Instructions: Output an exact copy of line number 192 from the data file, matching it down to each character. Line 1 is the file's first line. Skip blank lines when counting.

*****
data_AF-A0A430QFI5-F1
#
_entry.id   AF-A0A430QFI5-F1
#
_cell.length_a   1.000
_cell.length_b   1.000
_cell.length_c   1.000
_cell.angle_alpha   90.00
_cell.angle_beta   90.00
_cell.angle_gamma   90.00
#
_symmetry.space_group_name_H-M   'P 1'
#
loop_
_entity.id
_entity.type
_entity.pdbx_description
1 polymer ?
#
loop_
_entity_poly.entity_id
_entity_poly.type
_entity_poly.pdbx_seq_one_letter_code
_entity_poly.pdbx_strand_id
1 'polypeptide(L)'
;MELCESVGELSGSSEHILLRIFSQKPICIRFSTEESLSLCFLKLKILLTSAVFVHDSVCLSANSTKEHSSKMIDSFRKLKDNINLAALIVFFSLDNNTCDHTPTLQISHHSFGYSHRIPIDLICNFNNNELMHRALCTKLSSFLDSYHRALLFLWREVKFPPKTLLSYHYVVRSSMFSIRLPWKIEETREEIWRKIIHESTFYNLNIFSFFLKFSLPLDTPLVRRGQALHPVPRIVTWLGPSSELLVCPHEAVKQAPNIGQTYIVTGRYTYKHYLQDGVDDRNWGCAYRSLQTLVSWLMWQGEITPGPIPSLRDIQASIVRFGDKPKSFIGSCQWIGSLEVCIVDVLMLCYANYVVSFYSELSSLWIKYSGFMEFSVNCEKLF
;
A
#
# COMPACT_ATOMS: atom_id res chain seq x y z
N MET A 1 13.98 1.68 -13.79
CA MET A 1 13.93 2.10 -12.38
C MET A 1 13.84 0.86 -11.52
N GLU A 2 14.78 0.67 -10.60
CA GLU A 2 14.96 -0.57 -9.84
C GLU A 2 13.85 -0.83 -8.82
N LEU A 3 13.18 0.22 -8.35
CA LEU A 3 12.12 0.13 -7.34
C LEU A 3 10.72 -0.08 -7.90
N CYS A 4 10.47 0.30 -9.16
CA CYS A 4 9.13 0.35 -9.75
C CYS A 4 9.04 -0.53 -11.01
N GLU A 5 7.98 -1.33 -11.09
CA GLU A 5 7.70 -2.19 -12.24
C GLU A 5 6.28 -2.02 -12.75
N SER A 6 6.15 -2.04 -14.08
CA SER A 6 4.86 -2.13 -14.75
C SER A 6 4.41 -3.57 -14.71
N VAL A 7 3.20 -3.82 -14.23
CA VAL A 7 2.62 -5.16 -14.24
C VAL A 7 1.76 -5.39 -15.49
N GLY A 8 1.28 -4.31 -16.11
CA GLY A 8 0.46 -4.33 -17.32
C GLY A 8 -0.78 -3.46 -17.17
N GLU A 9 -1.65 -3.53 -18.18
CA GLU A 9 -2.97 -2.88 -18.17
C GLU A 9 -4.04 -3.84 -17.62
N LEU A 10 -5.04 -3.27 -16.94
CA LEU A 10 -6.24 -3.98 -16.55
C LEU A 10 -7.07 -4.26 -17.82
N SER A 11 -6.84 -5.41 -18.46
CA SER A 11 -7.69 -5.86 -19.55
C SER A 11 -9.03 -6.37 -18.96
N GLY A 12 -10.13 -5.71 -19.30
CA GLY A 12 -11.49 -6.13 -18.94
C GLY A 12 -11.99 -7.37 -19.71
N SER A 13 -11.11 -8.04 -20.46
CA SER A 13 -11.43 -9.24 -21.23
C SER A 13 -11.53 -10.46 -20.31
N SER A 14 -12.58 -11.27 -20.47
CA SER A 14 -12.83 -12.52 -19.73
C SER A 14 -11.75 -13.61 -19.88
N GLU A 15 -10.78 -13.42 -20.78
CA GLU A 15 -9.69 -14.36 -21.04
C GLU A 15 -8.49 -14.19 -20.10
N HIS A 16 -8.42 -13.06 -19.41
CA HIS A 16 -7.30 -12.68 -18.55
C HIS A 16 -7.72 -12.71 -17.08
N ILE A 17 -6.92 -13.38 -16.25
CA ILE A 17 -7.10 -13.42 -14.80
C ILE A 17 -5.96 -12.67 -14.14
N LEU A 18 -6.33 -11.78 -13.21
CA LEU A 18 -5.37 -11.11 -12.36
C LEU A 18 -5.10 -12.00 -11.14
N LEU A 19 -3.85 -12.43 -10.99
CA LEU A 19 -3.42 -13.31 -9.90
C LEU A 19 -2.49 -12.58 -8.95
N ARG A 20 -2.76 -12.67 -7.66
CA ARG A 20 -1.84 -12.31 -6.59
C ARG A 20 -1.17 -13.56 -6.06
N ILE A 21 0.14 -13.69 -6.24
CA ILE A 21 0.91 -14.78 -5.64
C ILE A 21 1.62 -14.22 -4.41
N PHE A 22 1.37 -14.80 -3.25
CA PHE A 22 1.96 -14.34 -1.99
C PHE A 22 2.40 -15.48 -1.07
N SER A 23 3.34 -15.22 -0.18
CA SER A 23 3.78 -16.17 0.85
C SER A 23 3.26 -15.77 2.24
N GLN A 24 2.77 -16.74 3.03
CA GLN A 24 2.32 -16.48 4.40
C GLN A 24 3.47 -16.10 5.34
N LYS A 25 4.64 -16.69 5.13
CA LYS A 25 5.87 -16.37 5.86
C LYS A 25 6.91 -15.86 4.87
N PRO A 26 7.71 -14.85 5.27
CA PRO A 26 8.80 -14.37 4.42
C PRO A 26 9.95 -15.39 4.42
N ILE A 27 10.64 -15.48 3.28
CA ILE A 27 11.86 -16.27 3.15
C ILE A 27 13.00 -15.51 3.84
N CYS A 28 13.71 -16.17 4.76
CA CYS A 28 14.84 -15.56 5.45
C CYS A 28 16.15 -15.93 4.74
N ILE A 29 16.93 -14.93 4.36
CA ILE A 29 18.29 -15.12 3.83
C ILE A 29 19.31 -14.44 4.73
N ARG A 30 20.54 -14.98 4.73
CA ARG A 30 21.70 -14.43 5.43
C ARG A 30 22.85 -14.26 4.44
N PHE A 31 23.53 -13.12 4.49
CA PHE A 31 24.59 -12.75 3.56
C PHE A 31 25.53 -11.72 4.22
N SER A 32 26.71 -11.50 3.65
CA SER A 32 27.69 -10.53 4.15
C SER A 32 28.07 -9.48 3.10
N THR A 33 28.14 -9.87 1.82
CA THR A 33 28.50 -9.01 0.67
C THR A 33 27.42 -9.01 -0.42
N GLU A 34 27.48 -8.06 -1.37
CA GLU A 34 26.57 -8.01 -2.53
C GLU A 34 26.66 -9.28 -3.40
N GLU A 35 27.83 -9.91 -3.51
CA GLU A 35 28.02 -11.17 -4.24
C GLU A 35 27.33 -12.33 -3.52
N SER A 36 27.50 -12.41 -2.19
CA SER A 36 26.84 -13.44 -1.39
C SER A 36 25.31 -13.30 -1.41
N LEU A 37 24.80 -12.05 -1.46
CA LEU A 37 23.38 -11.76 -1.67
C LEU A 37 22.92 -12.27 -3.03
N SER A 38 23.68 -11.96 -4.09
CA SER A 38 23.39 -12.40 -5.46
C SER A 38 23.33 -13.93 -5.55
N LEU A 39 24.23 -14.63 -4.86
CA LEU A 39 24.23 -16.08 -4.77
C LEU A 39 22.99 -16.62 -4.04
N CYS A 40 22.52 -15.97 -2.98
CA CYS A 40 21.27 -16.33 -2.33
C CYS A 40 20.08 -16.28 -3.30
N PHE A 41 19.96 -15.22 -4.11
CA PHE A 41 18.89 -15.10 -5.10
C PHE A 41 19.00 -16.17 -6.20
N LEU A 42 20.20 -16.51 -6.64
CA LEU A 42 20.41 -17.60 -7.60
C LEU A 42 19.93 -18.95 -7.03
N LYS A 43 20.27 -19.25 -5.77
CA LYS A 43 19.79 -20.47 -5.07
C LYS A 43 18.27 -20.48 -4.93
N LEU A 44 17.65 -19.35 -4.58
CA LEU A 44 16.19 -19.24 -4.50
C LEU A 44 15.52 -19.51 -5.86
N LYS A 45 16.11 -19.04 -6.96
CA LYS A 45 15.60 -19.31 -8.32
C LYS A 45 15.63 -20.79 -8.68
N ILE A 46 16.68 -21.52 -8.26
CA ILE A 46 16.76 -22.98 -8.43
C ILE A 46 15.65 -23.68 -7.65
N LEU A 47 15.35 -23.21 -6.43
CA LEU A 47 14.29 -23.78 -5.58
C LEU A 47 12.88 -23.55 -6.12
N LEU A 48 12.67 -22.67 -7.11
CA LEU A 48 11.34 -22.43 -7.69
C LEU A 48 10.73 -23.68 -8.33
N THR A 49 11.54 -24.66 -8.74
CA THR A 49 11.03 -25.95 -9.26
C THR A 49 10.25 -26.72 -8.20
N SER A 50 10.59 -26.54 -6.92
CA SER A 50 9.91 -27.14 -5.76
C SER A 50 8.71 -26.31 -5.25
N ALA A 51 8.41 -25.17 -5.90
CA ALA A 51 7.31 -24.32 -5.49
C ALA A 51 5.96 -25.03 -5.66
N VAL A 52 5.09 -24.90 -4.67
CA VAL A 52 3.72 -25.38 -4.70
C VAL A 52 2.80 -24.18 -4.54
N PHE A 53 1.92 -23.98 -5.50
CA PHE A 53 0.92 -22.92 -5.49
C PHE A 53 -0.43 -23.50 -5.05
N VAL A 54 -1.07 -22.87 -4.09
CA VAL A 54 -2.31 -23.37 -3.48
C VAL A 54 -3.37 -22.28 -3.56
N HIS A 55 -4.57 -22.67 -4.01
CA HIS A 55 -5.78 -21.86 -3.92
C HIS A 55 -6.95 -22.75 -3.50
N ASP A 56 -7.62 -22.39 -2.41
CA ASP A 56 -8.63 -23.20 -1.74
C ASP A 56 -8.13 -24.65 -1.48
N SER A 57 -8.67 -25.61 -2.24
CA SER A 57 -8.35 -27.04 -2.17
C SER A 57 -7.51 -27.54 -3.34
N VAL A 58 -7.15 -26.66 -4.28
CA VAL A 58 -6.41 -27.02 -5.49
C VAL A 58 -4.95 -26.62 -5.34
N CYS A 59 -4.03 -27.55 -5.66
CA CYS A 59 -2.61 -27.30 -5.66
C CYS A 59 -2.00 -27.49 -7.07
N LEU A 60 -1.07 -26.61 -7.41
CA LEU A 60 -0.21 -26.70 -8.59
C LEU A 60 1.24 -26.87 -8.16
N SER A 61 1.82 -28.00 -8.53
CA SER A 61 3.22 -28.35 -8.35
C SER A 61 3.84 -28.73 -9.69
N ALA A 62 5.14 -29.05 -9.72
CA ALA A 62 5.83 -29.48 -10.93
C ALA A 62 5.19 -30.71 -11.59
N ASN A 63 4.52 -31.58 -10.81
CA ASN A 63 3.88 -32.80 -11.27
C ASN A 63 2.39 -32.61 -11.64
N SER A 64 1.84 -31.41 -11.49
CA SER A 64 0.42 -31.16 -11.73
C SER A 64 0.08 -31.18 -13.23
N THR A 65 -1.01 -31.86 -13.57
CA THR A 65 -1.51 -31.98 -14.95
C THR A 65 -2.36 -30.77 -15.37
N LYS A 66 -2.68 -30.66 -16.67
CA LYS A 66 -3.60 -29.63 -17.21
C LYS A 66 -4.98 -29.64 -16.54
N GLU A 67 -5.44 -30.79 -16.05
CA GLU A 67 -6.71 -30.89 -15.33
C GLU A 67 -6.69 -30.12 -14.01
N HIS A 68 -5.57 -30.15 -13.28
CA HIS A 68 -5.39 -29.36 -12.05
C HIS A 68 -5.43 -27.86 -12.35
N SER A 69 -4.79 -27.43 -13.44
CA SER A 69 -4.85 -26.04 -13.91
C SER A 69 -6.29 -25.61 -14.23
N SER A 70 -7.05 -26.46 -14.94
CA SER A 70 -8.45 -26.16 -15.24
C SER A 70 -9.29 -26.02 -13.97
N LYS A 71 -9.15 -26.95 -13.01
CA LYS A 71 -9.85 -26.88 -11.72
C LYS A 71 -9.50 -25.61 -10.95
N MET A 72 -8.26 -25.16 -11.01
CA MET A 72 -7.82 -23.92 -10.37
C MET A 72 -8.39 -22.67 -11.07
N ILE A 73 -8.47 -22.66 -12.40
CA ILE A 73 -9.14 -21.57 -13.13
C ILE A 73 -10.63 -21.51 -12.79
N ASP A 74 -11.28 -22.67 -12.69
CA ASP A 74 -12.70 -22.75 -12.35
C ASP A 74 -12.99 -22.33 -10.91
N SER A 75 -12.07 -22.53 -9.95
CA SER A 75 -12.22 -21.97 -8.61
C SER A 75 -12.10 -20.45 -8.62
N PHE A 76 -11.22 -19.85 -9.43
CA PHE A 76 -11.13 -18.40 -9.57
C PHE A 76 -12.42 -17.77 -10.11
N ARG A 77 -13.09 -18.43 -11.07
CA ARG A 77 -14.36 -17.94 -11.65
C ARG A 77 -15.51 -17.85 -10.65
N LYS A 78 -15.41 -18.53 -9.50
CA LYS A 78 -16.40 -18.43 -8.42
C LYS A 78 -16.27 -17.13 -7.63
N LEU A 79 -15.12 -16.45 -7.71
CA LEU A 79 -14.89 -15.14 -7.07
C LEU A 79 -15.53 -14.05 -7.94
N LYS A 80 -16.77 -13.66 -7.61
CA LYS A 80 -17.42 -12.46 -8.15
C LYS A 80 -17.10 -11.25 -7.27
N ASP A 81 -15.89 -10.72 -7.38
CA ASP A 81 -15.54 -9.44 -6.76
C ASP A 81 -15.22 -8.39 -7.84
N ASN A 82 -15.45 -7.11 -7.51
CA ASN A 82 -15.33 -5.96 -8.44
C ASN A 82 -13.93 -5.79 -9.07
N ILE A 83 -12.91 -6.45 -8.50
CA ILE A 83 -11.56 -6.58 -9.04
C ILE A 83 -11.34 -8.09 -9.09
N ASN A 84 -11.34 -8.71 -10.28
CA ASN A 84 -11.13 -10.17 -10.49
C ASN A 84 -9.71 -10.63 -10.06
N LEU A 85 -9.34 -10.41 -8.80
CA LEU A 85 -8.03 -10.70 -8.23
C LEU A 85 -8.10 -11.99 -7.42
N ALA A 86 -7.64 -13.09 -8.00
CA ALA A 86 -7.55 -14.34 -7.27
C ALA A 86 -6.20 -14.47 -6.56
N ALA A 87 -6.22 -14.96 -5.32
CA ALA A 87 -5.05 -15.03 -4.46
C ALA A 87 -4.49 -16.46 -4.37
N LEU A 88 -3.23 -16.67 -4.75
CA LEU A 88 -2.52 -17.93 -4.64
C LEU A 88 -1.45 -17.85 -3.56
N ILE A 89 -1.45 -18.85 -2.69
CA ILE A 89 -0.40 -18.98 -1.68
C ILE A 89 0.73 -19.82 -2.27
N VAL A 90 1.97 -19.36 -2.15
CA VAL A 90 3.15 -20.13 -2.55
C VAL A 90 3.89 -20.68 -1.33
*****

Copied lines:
C VAL A 54 -3.37 -22.28 -3.56